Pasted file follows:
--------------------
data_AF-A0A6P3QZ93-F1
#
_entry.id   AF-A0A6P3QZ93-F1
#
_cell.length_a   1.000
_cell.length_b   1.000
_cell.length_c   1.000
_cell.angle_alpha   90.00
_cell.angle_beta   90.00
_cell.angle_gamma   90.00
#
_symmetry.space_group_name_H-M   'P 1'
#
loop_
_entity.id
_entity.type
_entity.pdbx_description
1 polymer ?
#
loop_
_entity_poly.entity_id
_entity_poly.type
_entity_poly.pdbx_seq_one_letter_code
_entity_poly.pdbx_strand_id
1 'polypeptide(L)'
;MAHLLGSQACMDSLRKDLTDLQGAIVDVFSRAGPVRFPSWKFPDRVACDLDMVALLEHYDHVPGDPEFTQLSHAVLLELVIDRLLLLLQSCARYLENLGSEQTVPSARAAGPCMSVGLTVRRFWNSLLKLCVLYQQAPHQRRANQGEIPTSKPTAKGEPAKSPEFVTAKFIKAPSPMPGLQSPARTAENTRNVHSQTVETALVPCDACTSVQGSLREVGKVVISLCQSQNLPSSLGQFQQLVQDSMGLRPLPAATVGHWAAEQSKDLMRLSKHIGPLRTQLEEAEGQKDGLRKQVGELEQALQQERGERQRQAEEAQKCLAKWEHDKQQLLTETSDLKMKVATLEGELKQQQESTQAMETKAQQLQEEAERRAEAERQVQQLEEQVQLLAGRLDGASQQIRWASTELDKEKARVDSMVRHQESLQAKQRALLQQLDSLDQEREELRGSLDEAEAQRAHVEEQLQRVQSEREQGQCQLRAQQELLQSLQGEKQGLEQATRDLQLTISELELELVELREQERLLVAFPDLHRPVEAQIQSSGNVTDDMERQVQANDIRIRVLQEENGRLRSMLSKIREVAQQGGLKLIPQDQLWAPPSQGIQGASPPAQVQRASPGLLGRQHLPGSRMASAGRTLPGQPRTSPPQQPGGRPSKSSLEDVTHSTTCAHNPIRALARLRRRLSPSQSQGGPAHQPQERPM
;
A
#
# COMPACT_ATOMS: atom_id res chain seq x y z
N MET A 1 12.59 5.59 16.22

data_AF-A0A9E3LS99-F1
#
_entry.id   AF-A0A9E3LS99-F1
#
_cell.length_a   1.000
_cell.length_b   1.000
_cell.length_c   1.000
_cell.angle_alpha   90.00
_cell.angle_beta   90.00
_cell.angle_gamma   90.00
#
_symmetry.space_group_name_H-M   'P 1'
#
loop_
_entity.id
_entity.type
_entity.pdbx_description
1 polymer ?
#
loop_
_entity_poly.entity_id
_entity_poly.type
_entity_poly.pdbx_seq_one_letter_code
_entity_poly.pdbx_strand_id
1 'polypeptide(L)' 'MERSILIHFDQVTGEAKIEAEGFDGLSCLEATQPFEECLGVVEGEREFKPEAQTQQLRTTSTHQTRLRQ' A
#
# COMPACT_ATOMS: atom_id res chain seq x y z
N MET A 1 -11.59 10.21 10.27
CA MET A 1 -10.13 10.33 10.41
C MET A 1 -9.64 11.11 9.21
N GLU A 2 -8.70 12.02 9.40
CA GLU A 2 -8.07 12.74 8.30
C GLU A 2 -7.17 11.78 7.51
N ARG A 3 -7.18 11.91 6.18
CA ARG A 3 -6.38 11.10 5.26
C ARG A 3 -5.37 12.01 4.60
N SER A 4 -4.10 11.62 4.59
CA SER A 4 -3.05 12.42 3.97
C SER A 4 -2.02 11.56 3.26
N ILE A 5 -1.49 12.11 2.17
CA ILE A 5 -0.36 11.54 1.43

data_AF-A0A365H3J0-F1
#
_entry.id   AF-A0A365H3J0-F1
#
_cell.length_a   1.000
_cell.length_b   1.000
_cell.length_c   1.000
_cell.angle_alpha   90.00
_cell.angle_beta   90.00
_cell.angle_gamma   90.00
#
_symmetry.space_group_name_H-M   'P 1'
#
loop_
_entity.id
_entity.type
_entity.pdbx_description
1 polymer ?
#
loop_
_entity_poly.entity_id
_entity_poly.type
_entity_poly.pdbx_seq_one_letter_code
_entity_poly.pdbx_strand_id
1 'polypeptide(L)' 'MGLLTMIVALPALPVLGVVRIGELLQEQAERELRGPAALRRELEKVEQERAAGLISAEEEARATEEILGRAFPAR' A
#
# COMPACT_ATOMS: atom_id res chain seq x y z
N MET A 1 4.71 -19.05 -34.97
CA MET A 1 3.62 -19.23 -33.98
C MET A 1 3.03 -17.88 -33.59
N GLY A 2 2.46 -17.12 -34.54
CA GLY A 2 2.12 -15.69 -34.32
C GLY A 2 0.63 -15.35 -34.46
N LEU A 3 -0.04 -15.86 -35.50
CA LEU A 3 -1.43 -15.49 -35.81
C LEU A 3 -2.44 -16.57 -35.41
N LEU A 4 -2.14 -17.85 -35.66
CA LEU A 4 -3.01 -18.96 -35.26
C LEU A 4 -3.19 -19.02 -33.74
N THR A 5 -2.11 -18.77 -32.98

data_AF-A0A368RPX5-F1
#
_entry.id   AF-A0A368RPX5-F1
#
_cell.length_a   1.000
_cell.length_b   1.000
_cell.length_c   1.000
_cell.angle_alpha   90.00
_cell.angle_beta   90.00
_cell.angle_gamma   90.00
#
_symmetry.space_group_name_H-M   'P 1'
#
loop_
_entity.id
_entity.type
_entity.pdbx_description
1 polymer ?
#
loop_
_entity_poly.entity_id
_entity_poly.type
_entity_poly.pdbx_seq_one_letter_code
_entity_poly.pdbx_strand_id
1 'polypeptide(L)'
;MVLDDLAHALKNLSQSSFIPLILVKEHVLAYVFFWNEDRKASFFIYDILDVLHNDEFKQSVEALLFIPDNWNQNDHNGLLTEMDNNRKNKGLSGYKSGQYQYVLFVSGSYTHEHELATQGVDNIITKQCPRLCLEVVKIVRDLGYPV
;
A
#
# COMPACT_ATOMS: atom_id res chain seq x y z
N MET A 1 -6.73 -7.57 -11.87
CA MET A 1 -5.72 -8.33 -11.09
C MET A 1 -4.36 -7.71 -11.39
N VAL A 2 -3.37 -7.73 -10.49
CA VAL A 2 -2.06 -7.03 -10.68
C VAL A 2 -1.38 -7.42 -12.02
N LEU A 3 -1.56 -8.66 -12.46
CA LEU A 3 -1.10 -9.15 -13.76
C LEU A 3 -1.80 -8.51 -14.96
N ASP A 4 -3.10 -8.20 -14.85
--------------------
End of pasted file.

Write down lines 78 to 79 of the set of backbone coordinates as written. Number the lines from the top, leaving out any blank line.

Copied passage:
_cell.length_b   1.000
_cell.length_c   1.000